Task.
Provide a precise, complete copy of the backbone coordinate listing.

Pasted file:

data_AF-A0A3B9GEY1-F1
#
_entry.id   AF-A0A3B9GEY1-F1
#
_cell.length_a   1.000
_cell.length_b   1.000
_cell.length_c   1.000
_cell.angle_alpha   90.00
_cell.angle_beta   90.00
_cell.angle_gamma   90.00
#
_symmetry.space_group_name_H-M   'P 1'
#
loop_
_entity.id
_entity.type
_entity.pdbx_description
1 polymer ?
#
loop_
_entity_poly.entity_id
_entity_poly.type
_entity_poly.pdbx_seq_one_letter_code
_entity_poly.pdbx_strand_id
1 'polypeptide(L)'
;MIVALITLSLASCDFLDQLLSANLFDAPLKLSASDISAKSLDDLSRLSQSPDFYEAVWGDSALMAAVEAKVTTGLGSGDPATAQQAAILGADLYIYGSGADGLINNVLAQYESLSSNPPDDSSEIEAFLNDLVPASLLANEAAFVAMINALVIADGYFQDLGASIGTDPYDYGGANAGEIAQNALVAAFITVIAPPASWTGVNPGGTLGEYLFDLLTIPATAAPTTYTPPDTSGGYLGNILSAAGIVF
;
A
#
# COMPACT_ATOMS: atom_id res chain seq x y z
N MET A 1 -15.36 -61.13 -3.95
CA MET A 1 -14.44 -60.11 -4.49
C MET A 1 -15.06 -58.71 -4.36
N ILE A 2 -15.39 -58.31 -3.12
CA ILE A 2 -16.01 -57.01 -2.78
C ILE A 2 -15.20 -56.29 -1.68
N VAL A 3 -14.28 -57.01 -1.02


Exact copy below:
data_AF-A0A3B9GEY1-F1
#
_entry.id   AF-A0A3B9GEY1-F1
#
_cell.length_a   1.000
_cell.length_b   1.000
_cell.length_c   1.000
_cell.angle_alpha   90.00
_cell.angle_beta   90.00
_cell.angle_gamma   90.00
#
_symmetry.space_group_name_H-M   'P 1'
#
loop_
_entity.id
_entity.type
_entity.pdbx_description
1 polymer ?
#
loop_
_entity_poly.entity_id
_entity_poly.type
_entity_poly.pdbx_seq_one_letter_code
_entity_poly.pdbx_strand_id
1 'polypeptide(L)'
;MIVALITLSLASCDFLDQLLSANLFDAPLKLSASDISAKSLDDLSRLSQSPDFYEAVWGDSALMAAVEAKVTTGLGSGDPATAQQAAILGADLYIYGSGADGLINNVLAQYESLSSNPPDDSSEIEAFLNDLVPASLLANEAAFVAMINALVIADGYFQDLGASIGTDPYDYGGANAGEIAQNALVAAFITVIAPPASWTGVNPGGTLGEYLFDLLTIPATAAPTTYTPPDTSGGYLGNILSAAGIVF
;
A
#
# COMPACT_ATOMS: atom_id res chain seq x y z
N MET A 1 -15.36 -61.13 -3.95
CA MET A 1 -14.44 -60.11 -4.49
C MET A 1 -15.06 -58.71 -4.36
N ILE A 2 -15.39 -58.31 -3.12
CA ILE A 2 -16.01 -57.01 -2.78
C ILE A 2 -15.20 -56.29 -1.68
N VAL A 3 -14.28 -57.01 -1.02